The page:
Federal Award Advances Clinician-Scientist Careers
Robin Holland, a student in the Veterinary Medical Scholars Program at the University of Illinois College of Veterinary Medicine, has been awarded a highly competitive and prestigious fellowship from the National Institutes of Health (NIH) to support her training for a career in research.
Holland received an NIH Ruth L. Kirschstein National Research Service Award (NRSA) for individuals pursuing dual-doctoral degrees, both a PhD and an MD, DVM, or other medical doctoral degree. This award was created to increase the pool of highly trained clinician-scientists in the biomedical research workforce.
Not only are a small percentage of applicants granted the NRSA, but even fewer are awarded on the first submission, and Holland’s was.
Combining Veterinary Degree, Research Degree
Holland has completed her first year of the four-year veterinary curriculum, which she will finish after completion of her PhD. She is currently finishing the fourth year of study for her PhD in Pathobiology, working with Prof. Steven Blanke in the Department of Microbiology on the university’s Urbana campus.
I chose the rigor of the DVM-PhD program at the University of Illinois at Urbana-Champaign to achieve my goal of being trained as a veterinarian-scientist to ultimately lead an infectious disease research laboratory.
Robin Holland, DVM-PhD student
“Dr. Blanke is simply outstanding in all avenues of mentorship, and I know I would not have received the NRSA without him,” said Holland. “He has taught me how to critically evaluate my research and continues to inspire and motivate me to be a better scientist.”
Holland entered the joint-degree program specifically because she saw the advantages of balancing the narrow focus of research for a PhD with the breadth of knowledge and perspective involved in attaining a veterinary degree.
NRSA Boosts Career
“Receiving the NRSA is beneficial on a number of levels,” said Holland. “Of course, the funding itself is incredibly valuable, especially as it will apply during my remaining years in the veterinary program and provide me the financial support to participate in specialized off-campus rotations specifically related to my field of study. But the prestige associated with an individual NIH grant, and especially the NRSA, is an achievement that I will remember throughout my academic career.
“This funding will also create opportunities for me to travel and attend scientific meetings. Those experiences—where I have presented my findings and met researchers from a wide range of institutions in the past—have been instrumental in improving my communication skills as a researcher and expanding my network in the field of infectious disease research.”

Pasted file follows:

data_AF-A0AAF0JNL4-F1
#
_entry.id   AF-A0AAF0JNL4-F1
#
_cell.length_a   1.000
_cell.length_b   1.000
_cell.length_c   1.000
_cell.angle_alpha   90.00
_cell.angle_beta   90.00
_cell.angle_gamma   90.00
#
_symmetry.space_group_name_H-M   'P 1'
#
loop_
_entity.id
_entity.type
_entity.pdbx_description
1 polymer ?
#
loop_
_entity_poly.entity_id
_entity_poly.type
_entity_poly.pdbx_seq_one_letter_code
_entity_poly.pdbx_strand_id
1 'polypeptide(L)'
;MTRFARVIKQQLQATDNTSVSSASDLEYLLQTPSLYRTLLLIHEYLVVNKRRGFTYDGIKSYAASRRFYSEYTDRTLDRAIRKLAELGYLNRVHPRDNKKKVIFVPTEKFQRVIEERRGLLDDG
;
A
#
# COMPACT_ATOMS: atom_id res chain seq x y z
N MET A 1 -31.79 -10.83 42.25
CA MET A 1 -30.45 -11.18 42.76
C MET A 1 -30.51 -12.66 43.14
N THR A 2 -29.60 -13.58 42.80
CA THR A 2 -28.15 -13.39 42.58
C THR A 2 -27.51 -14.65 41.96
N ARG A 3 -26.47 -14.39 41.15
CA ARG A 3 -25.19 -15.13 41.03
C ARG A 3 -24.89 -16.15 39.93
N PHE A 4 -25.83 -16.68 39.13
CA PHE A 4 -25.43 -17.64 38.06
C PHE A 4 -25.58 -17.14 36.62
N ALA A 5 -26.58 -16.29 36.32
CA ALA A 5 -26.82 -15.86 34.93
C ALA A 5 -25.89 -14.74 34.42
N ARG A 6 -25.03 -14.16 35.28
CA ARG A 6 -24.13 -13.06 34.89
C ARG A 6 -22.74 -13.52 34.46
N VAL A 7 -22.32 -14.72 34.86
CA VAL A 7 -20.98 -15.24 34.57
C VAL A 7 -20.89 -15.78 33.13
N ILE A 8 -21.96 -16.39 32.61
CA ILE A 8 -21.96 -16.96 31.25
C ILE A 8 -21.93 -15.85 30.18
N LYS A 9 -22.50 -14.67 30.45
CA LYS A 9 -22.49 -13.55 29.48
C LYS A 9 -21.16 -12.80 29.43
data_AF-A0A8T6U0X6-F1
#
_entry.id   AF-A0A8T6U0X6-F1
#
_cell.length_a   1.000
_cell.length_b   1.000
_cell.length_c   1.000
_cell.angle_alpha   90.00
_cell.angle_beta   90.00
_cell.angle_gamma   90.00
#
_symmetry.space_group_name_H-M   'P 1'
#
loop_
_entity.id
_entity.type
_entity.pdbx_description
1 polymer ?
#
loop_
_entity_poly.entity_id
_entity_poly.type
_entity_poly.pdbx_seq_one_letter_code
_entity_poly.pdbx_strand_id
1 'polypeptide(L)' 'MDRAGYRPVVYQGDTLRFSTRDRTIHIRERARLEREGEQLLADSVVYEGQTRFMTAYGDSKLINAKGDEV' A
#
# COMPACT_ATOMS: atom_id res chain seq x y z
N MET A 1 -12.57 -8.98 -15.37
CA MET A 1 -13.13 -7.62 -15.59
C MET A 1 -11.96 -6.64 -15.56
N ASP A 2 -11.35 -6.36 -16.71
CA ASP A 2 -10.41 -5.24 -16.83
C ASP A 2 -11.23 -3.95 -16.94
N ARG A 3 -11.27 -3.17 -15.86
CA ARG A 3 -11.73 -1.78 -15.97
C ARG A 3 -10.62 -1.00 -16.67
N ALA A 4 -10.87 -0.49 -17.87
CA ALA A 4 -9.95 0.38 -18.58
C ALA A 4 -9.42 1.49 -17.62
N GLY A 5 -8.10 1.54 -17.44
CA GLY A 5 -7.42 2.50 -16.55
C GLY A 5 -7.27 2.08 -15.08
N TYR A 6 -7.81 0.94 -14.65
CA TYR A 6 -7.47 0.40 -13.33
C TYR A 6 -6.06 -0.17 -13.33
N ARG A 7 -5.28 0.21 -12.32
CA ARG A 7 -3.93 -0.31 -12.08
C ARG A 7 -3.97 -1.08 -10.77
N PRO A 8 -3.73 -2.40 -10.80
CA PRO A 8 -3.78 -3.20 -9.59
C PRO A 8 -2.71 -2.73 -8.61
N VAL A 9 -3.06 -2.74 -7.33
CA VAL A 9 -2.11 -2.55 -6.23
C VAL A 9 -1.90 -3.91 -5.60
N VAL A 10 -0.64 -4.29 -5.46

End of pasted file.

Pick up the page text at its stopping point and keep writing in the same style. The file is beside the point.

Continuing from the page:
Holland’s current research seeks to elucidate the mechanism by which a toxin produced by Helicobacter pylori, a bacterium that colonizes the human stomach and plays a role in the development of gastric ulcer disease and gastric cancer, manages to invade the cell’s powerhouse, the mitochondria.
The toxin Holland studies, called VacA, does not reach the mitochondria via any of the intracellular pathways researchers have noted in use by other bacterial toxins or even in the intracellular trafficking of endogenous host cell proteins. Holland’s work tests the hypothesis that the H. pylori toxin is transported from the cell surface to the mitochondria by rerouting physiological vesicular trafficking machinery.
If this work demonstrates a previously unknown mechanism by which toxins move from the surface of host cells to the mitochondria, the findings not only address a major gap in knowledge in the study of mitochondrial targeted pathogenic effectors, but may also lead to new therapies for blocking toxin activities that contribute to disease.
Future as Clinician-Scientist
As part of the fellowship application, Holland was asked to outline an integrated research and clinical training plan and a dissertation research project that would help her develop into a productive, independent clinician-scientist.
“I ultimately see myself leading a research laboratory training future scientists,” said Holland. “However, before starting an academic faculty position, I’d like to gain a broader appreciation for infectious disease work in government and field work. One opportunity I intend to pursue is as an Epidemic Intelligence Service officer in the Centers for Disease Control and Prevention.”
In her application, Holland noted the important scientific contributions of several internationally prominent biomedical researchers who hold a DVM and PhD, including Drs. Jorge Galán, Michel Popoff, and Hugo Bellen. She also confessed her own “pure fascination of the molecular basis of host-pathogen interactions and infectious diseases.”
Explaining her career goal, she wrote: “I chose the rigor of the DVM-PhD program at the University of Illinois at Urbana-Champaign to achieve my goal of being trained as a veterinarian-scientist to ultimately lead an infectious disease research laboratory.”
Holland added, “The Veterinary Medical Scholars Program has given me every opportunity to become successful. I am incredibly grateful for the advice and support of my graduate committee and the Department of Pathobiology, the outstanding work and enthusiasm of Dr. Lois Hoyer and Nikki Hausmann in the college’s Office of Research and Advanced Studies, and the joy and motivation I receive daily from a truly phenomenal lab and research mentor. I could not have hoped for a better place for my scientific training.”